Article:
Energy Efficiency and the Urban Forest

Where do energy efficiency and the urban forest converge? In the following two reports, but in seven cities in the U.S. also.

energy efficiency, energy saving

The most energy efficient cities in the U.S.

The American Council for an Energy-Efficient Economy recently released its city energy-efficiency scorecard. The scorecard ranks the country’s largest 34 cities on five criteria:

  • local government
  • community initiatives
  • buildings
  • energy, water, utilities, and public benefits programs
  • transportation.

The top-scoring cities for energy efficiency

The top scoring cities are scattered around the country:

  • Boston
  • Portland, Oregon
  • San Francisco
  • New York
  • Seattle
  • Austin, Texas
  • Washington, D.C.
  • Minneapolis
  • Chicago
  • Philadelphia
  • Denver

The report is available here. It’s interesting to learn how these cities are making progress.

I noticed that seven of those 11 cities are also in American Forests’ list of top cities for urban forests. As neither energy efficiency nor urban forests just happen by good fortune, it would seem likely that both results are the result of policy. They’re deliberate.

What are the best cities for treehuggers?

American Forests’ 10 Best list is based on 6 main criteria.

The top-scoring cities for energy efficiency and urban forests

Those seven cities at the top of both lists are:

  • Portland, Oregon
  • New York
  • Seattle
  • Austin, Texas
  • Washington, D.C.
  • Minneapolis
  • Denver

As I wrote in “4 Ideas for Greener Cities,” our urban forests are crucial to making our cities greener, as they:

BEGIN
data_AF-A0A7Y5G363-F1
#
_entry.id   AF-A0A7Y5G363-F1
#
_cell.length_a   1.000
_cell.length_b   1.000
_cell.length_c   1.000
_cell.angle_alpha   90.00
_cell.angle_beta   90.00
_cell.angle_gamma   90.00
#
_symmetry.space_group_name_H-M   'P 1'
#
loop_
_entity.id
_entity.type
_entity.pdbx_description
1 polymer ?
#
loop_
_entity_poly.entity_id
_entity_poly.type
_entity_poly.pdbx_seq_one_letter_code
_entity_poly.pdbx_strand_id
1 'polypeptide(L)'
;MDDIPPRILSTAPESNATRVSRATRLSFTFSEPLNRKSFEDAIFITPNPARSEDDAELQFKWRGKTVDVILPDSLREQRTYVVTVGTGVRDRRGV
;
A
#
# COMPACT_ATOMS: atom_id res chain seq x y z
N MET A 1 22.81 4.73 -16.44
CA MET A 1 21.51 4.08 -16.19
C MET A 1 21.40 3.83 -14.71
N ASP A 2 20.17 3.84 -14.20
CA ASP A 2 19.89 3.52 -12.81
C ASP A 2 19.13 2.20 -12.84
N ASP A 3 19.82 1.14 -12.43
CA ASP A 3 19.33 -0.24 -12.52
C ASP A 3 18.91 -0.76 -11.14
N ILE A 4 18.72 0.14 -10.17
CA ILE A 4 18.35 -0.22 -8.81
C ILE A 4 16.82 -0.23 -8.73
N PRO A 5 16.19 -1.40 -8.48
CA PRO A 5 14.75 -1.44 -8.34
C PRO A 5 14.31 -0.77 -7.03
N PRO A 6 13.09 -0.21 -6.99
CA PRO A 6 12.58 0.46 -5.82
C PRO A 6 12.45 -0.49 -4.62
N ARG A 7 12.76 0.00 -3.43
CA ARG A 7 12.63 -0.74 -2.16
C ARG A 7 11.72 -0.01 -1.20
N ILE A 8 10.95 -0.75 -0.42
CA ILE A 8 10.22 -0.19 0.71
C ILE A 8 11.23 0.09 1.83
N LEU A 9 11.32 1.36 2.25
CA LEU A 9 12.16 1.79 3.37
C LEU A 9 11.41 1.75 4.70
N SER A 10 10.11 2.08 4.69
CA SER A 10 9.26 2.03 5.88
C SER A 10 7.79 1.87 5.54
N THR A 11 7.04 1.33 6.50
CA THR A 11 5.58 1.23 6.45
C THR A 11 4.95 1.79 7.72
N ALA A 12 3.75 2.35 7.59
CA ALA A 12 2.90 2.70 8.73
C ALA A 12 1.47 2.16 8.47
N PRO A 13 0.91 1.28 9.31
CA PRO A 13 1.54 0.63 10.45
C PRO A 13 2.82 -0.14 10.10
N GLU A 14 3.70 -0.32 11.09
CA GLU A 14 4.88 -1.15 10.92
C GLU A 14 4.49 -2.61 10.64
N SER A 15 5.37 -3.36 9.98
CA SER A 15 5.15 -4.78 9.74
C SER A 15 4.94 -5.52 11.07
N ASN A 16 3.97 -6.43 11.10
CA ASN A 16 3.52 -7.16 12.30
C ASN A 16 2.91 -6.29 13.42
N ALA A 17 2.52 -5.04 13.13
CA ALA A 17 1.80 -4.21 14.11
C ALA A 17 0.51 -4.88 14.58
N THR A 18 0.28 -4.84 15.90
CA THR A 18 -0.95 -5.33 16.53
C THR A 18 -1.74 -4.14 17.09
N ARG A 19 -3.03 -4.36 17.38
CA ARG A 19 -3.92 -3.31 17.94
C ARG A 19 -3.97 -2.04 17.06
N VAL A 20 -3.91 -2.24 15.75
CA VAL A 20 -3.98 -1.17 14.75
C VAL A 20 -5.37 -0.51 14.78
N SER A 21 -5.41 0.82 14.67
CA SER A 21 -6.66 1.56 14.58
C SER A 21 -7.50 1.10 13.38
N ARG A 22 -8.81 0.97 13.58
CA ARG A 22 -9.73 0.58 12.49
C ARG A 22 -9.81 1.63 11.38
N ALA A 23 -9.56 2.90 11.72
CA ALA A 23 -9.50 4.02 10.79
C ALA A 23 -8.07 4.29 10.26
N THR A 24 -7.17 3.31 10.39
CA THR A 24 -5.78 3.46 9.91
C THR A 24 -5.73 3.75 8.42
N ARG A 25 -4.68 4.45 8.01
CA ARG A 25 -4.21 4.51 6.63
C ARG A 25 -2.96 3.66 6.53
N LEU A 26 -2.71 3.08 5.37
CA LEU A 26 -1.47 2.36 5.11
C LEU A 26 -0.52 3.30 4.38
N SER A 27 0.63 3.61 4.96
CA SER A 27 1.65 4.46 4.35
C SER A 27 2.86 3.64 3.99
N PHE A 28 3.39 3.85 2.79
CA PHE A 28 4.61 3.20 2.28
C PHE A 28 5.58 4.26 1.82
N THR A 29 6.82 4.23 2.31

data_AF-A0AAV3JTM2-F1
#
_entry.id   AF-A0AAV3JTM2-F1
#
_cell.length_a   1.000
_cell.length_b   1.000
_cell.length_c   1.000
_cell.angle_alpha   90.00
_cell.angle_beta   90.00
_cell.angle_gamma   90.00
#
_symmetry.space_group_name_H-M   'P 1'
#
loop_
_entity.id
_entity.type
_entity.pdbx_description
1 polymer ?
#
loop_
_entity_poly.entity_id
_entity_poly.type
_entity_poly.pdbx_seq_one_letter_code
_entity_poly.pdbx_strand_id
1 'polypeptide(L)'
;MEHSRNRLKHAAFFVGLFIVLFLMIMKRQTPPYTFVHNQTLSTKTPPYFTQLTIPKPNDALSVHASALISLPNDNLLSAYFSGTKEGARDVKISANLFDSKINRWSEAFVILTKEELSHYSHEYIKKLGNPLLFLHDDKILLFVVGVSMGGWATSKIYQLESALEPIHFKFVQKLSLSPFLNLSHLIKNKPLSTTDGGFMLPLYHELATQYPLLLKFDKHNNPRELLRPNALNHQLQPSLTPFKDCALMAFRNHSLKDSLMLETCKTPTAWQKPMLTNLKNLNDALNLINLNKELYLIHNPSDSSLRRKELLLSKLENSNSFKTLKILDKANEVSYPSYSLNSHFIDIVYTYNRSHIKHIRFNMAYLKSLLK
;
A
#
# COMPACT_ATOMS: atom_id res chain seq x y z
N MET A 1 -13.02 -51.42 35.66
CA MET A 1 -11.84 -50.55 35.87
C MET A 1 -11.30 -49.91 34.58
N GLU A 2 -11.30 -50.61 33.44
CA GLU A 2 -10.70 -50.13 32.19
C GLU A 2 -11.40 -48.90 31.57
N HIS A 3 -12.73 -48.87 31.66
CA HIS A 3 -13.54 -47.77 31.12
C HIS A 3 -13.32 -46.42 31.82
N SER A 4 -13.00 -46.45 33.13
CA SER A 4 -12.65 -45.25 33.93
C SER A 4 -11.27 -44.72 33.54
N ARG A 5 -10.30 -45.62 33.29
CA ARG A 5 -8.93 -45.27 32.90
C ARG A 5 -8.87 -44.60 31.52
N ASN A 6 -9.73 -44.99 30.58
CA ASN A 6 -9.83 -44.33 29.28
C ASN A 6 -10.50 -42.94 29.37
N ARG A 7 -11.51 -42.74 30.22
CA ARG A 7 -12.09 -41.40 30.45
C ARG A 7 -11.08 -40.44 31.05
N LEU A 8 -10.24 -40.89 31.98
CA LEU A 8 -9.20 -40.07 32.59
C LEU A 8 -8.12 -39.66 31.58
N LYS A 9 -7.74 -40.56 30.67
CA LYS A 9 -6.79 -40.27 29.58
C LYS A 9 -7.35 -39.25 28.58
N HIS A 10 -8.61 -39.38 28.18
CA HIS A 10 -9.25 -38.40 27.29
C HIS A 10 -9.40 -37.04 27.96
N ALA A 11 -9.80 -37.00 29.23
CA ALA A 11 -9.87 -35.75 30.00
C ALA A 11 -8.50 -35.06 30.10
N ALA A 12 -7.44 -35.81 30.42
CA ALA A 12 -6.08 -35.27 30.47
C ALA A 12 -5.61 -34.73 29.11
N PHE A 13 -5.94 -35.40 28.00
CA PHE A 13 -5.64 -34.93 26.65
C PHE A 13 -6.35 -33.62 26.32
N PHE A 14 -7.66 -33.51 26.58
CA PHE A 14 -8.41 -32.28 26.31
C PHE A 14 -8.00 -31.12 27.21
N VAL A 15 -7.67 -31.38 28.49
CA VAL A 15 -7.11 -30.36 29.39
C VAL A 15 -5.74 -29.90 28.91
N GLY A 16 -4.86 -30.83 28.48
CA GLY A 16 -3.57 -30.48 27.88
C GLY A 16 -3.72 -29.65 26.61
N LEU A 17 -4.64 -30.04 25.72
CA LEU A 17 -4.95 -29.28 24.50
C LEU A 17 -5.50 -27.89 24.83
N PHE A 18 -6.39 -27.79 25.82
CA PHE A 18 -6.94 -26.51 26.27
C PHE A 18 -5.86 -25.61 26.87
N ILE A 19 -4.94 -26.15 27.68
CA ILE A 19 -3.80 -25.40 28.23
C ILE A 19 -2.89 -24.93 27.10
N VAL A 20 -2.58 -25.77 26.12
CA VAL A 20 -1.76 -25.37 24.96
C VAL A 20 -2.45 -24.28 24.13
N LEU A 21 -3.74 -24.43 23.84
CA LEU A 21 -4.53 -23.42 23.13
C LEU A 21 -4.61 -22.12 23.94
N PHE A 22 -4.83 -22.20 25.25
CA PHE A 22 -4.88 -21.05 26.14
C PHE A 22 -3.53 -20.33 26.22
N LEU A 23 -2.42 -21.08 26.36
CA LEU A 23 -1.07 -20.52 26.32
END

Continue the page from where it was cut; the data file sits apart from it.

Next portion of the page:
• sequester carbon
  • improve air quality
  • moderate heat and save energy
  • moderate high winds
  • filter water and moderate erosion
  • increase real estate values
  • as well as providing benefits to people such as calming us and helping us slow down a bit.

You’ll also find quite a lot of info about increasing home energy efficiency using trees and other plants in our book, “Creating A Sustainable Home: Fast, Cheap, and Easy Ways to Save Energy and Money.”

Great News About Energy and Environmental Restoration

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From an environmental standpoint, there’s plenty to be concerned about. But there’s also great news about energy and environmental restoration. Filmmaker John Liu’s “Green Gold” shows the remarkable restoration of degraded areas in China and Ethiopia. The speed with which degraded landscapes can be stabilized then improved is surprising.


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Amory Lovins’ article from August 15 debunks critical accounts of Germany’s success in using renewable energy. Germany produced nearly 25% of its electricity from renewable sources in 2012. Great to learn what works.